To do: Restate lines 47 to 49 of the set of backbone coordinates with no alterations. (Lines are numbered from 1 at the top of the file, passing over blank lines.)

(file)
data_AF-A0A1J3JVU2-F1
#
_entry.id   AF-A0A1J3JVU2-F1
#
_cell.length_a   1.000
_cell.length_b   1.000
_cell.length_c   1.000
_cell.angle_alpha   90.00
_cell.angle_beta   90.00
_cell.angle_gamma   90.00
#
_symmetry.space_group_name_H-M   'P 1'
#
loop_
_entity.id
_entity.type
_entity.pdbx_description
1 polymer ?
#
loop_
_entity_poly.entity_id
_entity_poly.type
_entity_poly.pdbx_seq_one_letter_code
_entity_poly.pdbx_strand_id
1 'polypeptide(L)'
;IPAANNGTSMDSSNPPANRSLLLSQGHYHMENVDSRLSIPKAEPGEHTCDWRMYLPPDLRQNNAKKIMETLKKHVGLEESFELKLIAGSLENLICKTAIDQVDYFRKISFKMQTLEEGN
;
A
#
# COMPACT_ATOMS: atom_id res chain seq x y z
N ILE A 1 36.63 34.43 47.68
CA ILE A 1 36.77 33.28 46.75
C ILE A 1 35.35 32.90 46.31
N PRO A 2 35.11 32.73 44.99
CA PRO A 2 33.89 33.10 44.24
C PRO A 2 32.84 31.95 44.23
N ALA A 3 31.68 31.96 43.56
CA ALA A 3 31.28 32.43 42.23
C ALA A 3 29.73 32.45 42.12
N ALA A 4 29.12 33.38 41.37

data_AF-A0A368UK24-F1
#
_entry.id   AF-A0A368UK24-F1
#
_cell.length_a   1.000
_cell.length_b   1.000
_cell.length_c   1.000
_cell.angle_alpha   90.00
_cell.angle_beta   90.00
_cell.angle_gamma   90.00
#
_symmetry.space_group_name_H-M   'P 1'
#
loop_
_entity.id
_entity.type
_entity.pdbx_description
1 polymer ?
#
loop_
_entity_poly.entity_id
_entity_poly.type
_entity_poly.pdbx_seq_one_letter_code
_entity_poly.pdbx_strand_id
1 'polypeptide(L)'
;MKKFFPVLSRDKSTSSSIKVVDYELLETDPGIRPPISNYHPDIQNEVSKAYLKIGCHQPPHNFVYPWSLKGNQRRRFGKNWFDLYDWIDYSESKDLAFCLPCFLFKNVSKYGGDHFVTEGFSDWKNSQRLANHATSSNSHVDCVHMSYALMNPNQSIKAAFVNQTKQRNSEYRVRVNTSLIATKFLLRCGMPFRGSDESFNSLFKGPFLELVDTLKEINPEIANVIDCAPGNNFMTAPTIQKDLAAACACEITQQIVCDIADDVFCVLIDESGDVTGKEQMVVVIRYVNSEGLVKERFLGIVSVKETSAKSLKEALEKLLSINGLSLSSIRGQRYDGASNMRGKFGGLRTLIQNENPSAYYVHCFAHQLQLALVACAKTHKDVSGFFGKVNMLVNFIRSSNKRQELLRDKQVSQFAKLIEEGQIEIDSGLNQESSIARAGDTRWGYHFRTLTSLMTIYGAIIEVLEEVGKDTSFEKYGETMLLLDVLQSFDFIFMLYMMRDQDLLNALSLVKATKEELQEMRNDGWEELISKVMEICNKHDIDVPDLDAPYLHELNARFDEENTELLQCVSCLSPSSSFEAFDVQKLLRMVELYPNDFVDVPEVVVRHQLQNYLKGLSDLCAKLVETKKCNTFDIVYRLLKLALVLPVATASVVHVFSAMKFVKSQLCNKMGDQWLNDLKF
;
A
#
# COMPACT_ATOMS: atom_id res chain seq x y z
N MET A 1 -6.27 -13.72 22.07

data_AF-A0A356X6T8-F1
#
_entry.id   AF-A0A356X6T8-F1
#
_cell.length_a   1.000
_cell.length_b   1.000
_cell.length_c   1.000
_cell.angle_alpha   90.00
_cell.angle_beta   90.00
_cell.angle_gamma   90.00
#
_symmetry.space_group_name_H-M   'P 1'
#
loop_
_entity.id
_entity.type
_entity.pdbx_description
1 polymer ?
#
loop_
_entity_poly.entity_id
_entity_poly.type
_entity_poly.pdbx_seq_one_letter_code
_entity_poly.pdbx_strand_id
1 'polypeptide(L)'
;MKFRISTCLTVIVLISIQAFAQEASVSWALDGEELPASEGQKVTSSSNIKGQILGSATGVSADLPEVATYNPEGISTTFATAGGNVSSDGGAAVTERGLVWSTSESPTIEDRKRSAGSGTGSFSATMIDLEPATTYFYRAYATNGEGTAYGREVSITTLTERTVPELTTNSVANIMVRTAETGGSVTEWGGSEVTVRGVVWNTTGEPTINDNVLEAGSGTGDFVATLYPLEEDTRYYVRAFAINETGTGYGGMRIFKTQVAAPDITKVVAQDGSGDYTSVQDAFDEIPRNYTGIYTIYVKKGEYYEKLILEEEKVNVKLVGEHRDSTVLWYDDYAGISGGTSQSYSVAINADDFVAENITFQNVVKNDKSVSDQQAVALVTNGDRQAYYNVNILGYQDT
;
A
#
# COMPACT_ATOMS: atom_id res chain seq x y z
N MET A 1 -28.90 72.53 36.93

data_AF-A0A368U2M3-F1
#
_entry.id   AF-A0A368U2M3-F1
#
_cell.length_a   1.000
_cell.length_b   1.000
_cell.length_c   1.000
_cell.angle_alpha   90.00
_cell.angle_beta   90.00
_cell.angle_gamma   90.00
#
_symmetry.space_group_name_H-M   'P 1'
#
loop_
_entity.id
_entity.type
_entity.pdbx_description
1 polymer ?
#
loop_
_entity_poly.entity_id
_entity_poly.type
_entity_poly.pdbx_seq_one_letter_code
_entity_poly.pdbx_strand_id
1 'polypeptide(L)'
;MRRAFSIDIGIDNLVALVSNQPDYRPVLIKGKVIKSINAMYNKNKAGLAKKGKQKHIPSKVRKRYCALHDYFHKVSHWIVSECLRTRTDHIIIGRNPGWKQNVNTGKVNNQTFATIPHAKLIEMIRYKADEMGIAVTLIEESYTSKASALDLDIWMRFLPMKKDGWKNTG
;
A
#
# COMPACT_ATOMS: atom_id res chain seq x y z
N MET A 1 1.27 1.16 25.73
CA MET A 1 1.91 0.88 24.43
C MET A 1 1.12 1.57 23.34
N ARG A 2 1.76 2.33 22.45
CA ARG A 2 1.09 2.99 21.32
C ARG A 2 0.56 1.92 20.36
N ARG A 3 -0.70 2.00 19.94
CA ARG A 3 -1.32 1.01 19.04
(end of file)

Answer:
_cell.length_c   1.000
_cell.angle_alpha   90.00
_cell.angle_beta   90.00